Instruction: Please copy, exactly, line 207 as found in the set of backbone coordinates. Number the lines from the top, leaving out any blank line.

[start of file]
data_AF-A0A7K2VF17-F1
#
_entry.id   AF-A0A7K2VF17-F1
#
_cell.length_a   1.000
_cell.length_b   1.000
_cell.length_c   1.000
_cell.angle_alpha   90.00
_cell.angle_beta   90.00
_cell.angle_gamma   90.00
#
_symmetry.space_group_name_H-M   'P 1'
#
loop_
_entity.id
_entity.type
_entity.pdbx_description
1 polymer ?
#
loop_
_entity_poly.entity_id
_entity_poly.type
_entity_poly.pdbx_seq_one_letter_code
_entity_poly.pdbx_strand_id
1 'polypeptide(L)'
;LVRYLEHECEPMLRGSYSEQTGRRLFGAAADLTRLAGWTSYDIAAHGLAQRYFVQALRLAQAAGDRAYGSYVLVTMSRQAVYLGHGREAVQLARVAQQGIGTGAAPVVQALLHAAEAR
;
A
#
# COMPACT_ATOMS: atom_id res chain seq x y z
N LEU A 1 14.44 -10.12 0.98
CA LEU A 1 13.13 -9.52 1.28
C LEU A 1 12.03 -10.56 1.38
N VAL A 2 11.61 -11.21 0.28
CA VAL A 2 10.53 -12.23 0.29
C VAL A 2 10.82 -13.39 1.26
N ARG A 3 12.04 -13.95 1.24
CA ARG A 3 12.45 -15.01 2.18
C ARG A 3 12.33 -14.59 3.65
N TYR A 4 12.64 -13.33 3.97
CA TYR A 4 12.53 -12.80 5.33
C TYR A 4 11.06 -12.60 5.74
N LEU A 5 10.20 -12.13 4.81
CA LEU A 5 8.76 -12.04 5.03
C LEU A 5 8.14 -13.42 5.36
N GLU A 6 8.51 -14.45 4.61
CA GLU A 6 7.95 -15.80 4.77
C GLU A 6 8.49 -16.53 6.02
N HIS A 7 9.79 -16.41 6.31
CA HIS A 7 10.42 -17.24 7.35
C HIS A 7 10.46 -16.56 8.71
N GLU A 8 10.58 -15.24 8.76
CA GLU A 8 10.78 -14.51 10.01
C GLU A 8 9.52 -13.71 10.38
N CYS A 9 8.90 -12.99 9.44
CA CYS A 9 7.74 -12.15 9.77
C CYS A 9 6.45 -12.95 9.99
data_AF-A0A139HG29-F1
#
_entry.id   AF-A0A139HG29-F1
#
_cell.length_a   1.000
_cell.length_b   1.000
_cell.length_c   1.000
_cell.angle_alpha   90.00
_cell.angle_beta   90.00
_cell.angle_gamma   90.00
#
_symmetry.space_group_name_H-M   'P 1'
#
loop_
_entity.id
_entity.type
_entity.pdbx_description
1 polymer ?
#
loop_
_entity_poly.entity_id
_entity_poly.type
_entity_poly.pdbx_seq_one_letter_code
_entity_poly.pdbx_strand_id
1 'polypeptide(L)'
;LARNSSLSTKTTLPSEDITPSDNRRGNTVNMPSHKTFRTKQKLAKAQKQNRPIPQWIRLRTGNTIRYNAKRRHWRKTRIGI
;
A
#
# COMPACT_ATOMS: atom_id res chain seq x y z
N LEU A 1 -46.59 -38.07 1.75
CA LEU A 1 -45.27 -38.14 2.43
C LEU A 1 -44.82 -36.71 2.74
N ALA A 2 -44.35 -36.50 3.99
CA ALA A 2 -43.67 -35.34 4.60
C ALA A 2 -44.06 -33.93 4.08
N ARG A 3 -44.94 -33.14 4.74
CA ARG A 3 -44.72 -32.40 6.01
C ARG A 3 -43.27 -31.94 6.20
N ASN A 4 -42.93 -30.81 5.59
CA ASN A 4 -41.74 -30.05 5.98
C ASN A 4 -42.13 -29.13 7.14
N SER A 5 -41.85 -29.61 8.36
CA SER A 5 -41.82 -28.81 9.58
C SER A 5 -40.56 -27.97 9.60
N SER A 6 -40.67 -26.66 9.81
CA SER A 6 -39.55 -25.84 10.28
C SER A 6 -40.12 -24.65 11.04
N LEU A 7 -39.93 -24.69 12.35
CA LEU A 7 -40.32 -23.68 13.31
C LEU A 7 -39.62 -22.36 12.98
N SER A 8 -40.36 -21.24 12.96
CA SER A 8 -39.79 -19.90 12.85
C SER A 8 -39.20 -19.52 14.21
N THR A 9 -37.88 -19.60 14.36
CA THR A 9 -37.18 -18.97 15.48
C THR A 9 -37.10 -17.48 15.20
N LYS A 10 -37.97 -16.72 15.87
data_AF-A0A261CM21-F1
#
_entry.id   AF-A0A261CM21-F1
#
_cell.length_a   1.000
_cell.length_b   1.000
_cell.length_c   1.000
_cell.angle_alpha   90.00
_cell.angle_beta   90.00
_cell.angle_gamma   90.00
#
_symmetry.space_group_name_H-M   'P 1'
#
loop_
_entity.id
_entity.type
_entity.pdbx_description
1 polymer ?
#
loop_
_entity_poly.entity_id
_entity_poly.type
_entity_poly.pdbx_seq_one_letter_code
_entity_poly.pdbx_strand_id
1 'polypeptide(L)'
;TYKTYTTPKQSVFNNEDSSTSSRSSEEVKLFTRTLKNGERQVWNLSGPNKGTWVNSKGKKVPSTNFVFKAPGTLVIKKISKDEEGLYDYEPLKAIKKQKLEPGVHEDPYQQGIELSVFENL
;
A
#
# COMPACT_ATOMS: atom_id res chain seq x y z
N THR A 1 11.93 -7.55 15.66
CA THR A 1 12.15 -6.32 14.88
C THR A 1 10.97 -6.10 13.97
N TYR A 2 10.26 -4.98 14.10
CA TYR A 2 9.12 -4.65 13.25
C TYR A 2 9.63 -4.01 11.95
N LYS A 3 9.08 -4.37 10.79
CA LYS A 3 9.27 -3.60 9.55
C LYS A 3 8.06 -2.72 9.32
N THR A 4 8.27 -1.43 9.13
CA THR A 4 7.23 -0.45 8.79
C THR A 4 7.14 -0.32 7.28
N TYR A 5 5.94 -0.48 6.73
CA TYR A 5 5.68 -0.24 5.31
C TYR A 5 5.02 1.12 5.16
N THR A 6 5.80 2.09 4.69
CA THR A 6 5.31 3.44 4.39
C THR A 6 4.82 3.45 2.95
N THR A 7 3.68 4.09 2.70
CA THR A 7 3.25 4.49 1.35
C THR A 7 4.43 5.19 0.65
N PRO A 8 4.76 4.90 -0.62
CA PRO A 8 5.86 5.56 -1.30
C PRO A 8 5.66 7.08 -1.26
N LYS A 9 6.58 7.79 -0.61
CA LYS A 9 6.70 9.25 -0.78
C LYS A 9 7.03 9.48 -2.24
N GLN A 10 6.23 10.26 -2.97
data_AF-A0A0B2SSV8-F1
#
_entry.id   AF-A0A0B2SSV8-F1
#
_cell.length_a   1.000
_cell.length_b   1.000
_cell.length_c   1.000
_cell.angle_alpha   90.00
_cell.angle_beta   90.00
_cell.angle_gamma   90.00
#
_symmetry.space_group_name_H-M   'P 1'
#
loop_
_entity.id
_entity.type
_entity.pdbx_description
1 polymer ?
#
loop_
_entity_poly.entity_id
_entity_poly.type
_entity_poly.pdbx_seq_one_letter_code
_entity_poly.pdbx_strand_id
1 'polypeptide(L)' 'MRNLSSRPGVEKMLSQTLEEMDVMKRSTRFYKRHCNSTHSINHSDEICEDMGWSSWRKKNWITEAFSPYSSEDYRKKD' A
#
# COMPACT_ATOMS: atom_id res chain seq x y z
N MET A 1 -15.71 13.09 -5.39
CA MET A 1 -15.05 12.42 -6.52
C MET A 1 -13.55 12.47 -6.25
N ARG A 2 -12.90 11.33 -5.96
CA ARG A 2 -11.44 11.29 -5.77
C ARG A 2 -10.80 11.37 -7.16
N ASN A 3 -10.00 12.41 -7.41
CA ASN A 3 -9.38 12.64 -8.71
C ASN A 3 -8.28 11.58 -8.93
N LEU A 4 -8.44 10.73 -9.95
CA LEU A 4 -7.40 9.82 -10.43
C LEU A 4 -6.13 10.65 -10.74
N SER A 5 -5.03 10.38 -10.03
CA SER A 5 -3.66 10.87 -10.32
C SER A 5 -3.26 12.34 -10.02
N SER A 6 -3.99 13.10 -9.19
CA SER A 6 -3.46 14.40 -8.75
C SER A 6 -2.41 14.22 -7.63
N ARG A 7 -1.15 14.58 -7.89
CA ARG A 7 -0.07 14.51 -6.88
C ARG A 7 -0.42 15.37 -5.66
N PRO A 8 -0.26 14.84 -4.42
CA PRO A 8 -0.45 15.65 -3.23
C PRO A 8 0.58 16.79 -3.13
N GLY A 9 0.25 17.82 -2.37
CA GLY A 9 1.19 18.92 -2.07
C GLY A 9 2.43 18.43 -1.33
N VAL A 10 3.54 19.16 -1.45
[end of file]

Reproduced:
N ASN A 3 -10.00 12.41 -7.41